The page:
W: John that’s a big organization with those sorts of numbers and has still somewhere into grow, I imagine but it sounds like that’s pretty comprehensively cover the Australian Health System.

J: It has, all the hospitals in New Zealand are involved, not quite all the hospitals in Australia are involved, particularly the smaller country hospitals tend not to be a members. But all of the major hospitals are members, and they are the ones where the health trends are usually set for Australian and New Zealand hospitals. And all of those hospitals regularly participate in the various activities of the Health Roundtable offers throughout each calendar year.

W: John can you explain about innovation sharing? And how the hospitals learn about innovation from one another?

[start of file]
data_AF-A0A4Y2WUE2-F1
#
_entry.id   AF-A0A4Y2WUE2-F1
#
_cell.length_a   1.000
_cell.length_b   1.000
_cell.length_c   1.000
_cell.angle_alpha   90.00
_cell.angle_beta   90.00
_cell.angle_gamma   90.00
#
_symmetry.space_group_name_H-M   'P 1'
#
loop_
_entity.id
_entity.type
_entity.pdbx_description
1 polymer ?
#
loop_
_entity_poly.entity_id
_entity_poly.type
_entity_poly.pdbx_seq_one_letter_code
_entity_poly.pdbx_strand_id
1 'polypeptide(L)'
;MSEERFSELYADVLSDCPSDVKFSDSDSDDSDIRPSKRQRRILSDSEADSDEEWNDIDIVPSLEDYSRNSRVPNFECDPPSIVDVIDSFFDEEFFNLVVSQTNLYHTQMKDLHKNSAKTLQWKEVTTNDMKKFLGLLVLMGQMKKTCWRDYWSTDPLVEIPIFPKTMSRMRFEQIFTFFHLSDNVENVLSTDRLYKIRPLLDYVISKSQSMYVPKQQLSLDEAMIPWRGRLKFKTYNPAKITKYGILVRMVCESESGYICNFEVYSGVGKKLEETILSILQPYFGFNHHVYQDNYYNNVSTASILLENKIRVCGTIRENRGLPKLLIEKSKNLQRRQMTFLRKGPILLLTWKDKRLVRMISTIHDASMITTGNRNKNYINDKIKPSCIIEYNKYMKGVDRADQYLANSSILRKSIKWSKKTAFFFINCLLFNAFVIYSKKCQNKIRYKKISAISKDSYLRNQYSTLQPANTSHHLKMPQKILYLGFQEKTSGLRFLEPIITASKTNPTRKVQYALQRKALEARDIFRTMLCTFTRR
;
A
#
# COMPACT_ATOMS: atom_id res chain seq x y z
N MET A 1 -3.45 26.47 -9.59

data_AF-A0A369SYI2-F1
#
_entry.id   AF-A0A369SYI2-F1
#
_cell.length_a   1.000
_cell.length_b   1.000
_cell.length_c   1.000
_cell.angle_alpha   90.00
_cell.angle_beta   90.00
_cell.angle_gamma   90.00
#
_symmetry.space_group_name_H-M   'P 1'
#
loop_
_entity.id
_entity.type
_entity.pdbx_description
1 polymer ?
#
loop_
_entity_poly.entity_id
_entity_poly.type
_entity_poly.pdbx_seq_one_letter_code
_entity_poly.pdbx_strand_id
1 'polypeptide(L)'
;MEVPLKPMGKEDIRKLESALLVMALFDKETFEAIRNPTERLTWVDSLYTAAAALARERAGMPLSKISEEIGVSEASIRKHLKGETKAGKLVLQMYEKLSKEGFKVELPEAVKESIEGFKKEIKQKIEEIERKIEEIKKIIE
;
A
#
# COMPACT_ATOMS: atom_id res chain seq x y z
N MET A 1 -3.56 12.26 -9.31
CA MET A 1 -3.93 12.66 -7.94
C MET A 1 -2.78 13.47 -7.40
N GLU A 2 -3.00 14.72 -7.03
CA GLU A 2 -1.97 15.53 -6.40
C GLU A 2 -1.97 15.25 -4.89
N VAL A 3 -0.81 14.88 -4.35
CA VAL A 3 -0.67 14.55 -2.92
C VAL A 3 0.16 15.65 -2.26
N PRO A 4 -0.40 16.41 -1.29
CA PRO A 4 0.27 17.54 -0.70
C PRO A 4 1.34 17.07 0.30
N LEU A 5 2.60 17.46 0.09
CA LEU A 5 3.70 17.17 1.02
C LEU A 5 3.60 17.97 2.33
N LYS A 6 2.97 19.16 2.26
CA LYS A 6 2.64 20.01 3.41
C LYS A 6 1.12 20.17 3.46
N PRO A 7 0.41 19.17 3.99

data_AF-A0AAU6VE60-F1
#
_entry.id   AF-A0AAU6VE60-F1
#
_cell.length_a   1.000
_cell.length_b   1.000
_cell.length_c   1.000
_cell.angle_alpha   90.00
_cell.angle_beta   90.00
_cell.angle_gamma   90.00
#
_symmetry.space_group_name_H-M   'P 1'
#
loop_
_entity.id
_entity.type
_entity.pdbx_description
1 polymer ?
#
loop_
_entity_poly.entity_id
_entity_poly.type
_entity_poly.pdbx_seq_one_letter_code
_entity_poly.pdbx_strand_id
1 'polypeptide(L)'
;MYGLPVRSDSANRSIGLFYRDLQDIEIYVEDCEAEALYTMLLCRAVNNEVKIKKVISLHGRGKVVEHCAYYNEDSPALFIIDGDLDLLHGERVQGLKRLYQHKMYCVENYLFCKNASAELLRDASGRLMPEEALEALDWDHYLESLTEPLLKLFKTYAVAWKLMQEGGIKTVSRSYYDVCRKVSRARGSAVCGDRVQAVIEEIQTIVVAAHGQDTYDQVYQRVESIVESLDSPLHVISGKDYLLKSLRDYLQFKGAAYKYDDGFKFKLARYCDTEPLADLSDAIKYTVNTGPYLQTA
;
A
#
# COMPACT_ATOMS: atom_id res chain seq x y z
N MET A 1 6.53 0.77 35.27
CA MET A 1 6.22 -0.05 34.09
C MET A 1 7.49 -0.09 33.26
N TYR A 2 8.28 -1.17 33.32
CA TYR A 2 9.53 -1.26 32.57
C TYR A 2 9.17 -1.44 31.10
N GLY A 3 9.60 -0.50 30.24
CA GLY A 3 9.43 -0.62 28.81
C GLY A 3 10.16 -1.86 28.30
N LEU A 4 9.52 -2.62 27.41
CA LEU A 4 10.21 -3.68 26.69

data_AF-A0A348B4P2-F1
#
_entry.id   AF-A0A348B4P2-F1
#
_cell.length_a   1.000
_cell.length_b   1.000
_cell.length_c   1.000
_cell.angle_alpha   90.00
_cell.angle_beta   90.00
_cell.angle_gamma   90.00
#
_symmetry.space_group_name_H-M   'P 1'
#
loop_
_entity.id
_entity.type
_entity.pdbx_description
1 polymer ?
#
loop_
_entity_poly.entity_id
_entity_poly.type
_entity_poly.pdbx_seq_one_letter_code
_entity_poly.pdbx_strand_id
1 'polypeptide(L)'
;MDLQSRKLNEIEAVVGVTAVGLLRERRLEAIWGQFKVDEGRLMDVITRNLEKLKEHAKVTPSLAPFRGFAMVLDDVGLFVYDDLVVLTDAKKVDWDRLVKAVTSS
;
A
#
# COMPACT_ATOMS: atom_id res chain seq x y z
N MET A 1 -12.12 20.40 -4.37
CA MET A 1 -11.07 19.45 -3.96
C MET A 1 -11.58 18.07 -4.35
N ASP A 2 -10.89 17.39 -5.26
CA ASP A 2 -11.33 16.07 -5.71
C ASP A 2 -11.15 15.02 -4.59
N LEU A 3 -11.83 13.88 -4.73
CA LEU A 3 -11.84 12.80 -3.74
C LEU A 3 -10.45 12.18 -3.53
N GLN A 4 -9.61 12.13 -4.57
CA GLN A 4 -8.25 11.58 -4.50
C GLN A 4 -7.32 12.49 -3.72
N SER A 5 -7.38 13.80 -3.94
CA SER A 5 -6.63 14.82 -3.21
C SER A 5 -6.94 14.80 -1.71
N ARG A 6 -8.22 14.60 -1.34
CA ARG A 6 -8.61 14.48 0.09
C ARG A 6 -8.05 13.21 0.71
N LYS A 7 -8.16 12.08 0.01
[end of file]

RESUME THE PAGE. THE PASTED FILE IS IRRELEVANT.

J: Sure. Basically there are four key ways, firstly we run workshops throughout the year. And they’re usually on topics of interest for hospitals and the senior clinical staff that felt are important to look at in more depth. So it could be mental health, it could be medication, it could be obstetrics, it could be the surgical journey, it could be end of life care. And at each of these workshops, the participating hospitals will look at firstly their own data to see what is happening, where they are compared to one another. And secondly they usually participate in sharing information from special surveys that we do. At those workshops, after they have seen how they’re performing and what the differences are, hospitals present innovations or new ways of providing care to improve in the field that’s been discussed, like for instance the surgical journey or end of life care. And those hospitals that have got the most interesting innovations, the other hospitals will ask questions and learn from them and then hopefully go back to their own hospitals and implement the changes that they have seen and believe will work in their area. Obviously every hospital in the world, not just here in Australia and New Zealand but every hospital is on a different pathway and its journey to trying to improve quality and safety. And I must admit that I’m yet to see any hospital anywhere in the world that is absolutely perfect, obviously a number of substantially more advanced than others. So there’s the opportunity for every hospital to learn particularly in areas where they have a weakness. So the workshop is the most important way where we share the innovations. Secondly we run specific workshops which we run a few times each year where we bring in experts from overseas. If we haven’t crack a particular problem in Australia or New Zealand, then we invite expert in the field from the United States or somewhere else in the Northern hemisphere. Occasionally from in South Africa to present what they doing differently to see whether in fact it can be used in Australasian hospitals. Thirdly, all of our members have access to the Health Roundtable website, its publications and networks. Every workshop we run, we put on the website, all the innovations that have been explained, some for the first time other said are just advancements on previous innovations. And every participating member has the opportunity to look at that at any time to use the information to help improve their services. And finally we have an annual innovation showcase where we literally share the best innovations with all the other members. That’s in a special workshop usually in Sydney or Melbourne, plus we also share the innovations as our client managers visit all of the different hospitals. So when they’re visiting a hospital, if a hospital says that “We’re struggling with a particular area.” We can share the innovations that we know we’ve heard about in the last couple of years that have been successful elsewhere and we put the hospital in contact with the key individual from another hospital, so that they can network and learn from the experiences elsewhere. So these are the four key ways how we share innovations between all our members.